Zack Greinke will be mindful of Cards

ST. LOUIS -- The Los Angeles Dodgers don't just have two of the most skillful pitchers in baseball and two of the most athletically gifted pitchers in baseball, they also have two of the most studious pitchers in baseball.

Combine those three factors -- skill, athletic ability and adaptive thinking -- and you can see why the Dodgers mowed down all those teams that had to face Clayton Kershaw and Zack Greinke in the same series over the regular season. It also is the Dodgers' best hope for the National League Championship Series against the best-hitting team in the league, the St. Louis Cardinals.

Greinke, who pitches Game 1 on Friday night, had already dissected the Cardinals' lineup Thursday and had a pretty good idea how hard it was going to be. Unlike the strikeout-prone Atlanta Braves, whom Kershaw and Greinke generally dominated, the Cardinals find ways to make pitchers work and, sometimes, to get in a pitcher's head.

It might be this back-and-forth between the Cardinals' lineup and the Dodgers' two best pitchers that decides which team goes to the World Series. In a painfully ironic twist for the Dodgers, it is their hitting coach, Mark McGwire, who helped instill a patient, balanced approach in St. Louis' lineup. McGwire spent three seasons as the Cardinals' hitting coach before the allure of working closer to his Orange County home brought him west.

"They don't really give up any at-bats, so it's always a grind," Greinke said. "Even when they bring the young guys up, it's like they make adjustments faster than other teams. I talked to Skip [Schumaker] and McGwire about, 'How do they make adjustments so fast?'"

Greinke said he remembers thinking once how easy it was to get Jon Jay to make outs quickly in the count.

"Then, the next year, you couldn't really do it anymore," Greinke said. "It seems that their team does that better than any other team."

The Dodgers are going to need Greinke's arm, but his mind will prove a more important tool in the two games he figures to start in this series.

One of the reasons the Dodgers signed Greinke to a six-year, $147 million contract last December is that he wowed them with his intellect.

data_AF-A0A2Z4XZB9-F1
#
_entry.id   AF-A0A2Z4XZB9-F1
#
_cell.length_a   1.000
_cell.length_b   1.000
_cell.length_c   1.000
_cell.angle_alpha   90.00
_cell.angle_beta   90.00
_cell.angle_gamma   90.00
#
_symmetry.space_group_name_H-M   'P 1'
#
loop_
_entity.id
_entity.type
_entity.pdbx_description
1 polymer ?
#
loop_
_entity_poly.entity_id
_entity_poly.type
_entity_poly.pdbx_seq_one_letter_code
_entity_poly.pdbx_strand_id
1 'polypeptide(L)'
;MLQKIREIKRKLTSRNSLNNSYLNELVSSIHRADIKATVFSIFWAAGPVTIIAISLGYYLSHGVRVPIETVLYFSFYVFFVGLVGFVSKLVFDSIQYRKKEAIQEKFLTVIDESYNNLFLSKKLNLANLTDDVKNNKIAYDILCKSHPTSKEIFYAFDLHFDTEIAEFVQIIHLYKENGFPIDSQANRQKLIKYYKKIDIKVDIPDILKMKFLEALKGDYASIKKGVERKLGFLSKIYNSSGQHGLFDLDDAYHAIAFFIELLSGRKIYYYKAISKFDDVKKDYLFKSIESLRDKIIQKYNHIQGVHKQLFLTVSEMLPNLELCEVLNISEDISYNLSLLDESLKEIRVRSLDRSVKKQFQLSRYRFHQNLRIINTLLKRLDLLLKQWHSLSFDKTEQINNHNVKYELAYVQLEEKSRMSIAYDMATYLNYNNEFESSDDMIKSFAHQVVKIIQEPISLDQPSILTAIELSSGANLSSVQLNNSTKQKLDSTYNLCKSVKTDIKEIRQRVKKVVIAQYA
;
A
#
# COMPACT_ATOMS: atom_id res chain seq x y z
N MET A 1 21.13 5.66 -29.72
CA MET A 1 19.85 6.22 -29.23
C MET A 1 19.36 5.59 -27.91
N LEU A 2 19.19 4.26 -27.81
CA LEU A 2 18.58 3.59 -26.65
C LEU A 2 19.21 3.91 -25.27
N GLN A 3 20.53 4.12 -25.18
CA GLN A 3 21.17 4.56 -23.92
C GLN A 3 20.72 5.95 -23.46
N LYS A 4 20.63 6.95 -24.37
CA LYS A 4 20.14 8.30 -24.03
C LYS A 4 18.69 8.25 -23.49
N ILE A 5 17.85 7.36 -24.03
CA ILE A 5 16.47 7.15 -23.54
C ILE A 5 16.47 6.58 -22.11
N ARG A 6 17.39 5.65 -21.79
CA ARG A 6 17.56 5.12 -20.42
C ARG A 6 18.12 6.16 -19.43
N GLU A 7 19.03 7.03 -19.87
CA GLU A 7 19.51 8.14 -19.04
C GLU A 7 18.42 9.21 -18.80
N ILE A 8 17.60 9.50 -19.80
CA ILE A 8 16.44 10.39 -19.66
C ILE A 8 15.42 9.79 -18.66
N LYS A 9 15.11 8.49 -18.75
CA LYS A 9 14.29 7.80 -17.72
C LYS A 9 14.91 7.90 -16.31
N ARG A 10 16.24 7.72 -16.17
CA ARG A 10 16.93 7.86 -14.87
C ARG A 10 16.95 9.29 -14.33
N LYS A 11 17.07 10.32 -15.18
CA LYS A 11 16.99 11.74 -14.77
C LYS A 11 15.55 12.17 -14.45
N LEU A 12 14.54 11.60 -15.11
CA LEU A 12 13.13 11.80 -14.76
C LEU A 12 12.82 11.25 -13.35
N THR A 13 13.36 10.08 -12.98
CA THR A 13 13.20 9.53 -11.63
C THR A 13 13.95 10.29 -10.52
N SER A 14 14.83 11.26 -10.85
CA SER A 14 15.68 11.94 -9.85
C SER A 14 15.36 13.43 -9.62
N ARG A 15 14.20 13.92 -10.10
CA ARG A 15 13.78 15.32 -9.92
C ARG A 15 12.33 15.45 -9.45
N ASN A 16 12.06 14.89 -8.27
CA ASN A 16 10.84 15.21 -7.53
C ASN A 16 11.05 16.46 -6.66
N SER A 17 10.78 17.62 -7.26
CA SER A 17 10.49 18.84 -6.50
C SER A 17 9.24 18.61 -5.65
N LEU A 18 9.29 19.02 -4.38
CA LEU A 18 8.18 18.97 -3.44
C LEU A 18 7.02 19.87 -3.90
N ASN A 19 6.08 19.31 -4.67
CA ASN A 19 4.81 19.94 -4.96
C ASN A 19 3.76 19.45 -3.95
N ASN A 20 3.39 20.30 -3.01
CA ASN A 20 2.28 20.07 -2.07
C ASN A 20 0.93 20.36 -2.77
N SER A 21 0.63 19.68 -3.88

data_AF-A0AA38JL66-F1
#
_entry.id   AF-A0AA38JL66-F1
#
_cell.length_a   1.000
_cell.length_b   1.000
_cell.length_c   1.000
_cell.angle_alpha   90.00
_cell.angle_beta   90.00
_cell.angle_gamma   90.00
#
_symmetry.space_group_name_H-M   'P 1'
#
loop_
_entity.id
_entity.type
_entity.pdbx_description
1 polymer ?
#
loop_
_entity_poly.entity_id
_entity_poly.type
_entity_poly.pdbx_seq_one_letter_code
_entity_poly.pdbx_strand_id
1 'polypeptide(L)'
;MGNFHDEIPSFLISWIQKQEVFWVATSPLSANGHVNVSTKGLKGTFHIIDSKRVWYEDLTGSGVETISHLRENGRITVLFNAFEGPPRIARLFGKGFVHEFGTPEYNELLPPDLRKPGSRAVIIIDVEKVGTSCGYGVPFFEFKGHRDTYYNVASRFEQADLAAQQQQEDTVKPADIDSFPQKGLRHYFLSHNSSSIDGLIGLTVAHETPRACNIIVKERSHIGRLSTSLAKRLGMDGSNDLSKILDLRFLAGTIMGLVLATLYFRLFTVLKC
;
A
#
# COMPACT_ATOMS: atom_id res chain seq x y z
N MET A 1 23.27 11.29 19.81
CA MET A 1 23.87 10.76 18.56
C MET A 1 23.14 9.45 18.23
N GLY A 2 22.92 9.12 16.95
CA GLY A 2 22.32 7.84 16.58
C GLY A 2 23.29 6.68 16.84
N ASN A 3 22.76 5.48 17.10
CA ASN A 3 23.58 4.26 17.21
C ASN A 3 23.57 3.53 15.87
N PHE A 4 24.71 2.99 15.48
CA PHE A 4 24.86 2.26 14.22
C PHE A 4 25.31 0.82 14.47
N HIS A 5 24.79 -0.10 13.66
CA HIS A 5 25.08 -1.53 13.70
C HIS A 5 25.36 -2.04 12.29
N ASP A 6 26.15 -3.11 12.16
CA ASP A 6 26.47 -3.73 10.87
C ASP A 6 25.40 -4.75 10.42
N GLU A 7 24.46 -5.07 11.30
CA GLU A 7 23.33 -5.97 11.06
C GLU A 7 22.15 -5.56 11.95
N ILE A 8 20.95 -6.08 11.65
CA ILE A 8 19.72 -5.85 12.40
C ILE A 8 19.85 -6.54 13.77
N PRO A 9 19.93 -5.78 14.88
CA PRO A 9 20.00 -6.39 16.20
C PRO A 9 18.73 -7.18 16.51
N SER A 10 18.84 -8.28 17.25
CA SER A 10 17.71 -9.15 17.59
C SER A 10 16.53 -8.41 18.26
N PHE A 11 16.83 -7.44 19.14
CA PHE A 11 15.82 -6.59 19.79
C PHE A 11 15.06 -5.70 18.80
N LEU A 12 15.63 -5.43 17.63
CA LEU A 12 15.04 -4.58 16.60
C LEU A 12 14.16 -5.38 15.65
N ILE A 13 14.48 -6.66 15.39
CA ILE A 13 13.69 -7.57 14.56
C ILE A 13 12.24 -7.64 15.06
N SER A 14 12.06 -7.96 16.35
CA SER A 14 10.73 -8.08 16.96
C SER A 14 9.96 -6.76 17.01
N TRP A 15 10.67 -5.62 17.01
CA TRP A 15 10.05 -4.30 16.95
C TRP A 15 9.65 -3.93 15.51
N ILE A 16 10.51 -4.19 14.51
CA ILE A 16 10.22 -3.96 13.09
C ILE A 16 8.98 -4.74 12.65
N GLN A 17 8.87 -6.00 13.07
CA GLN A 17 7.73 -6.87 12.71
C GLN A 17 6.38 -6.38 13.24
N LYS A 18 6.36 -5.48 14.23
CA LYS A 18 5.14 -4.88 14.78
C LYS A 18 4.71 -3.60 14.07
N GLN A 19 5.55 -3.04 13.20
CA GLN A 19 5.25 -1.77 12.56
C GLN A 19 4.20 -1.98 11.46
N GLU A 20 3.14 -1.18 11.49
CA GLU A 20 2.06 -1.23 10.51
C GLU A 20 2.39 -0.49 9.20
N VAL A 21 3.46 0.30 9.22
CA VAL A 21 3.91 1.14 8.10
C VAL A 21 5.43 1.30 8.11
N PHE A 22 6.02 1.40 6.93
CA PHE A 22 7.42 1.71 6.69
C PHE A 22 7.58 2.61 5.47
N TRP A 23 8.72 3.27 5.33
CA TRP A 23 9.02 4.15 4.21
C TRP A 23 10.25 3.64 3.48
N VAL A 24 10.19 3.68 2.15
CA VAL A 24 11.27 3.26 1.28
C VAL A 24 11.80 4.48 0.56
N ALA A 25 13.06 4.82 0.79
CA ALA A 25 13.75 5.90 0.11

OK, so there was the 95 mph fastball and a vast array of off-speed pitches, too.

You don't need to solve quantum physics problems to be a great major league pitcher, but it helps to be able to think about hitters in creative ways.

With the help of scouts, pitching coach Rick Honeycutt and catcher A.J. Ellis, Kershaw and Greinke have excelled in, at times, out-thinking hitters. Greinke probably does it as well as any pitcher in the game.

Some scouts say that, when Greinke struggles, he appears to be overthinking things. Kershaw, when he's in trouble, can just rely on a 96 mph fastball or cartoonish curve to get him out of it.

Greinke has to continue to think.

"They probably analyze as well as anybody every pitch that's thrown, pitch to pitch, and adjust between. That's really the best," Dodgers general manager Ned Colletti said. "That's like a Greg Maddux-type guy, to be able to read one swing and adjust for the next pitch."

Greinke had his finest season since the 2009 Cy Young year in Kansas City, but few people knew about it because Kershaw put up numbers that should make him a lock for another Cy Young Award. Kershaw, who is scheduled to pitch Game 2, led the majors in ERA for a third straight season.

Despite missing five weeks after Carlos Quentin broke his left collarbone in a fight, Greinke ranks 10th among NL pitchers in WAR (3.9). He went 15-4 with a 2.63 ERA and 1.11 WHIP. He also answered some questions about his postseason nerves by pitching six innings in Game 2 of the division series, giving up two runs and needing only 83 pitches. He would have gone longer but the Dodgers got the tying run to second base when his spot in the lineup came up.

Dodgers manager Don Mattingly has virtually ruled out using Greinke on three days' rest and he won't have the opportunity to use Kershaw again on short rest, so winning all four of those two pitchers' starts might be the easiest way to get back to the World Series for the first time in 25 years. Ricky Nolasco and Hyun-Jin Ryu have struggled badly of late and have scarcely pitched.

For Mattingly, it's comforting to know he has one of baseball's most unusual perfectionists on the mound for Games 1 and, if necessary, 5. He also knows he'll get a straight answer when he needs one. A lot of fans fumed at Mattingly for lifting Greinke in Game 2, but the pitcher said afterward he agreed with the move.

"I think it makes it easy because he just tells you the truth," Mattingly said. "If you ask him a question: 'How you feeling?' or 'What's going on?' And for me, some of them are like just going back out there again. It's like he's just honest with his answers. You talk about using him to pinch hit some, and he's just like I don't see this guy good. He's straight up with everything."

The longer it takes for Mattingly and Greinke to have that conversation, the better off the Dodgers will be.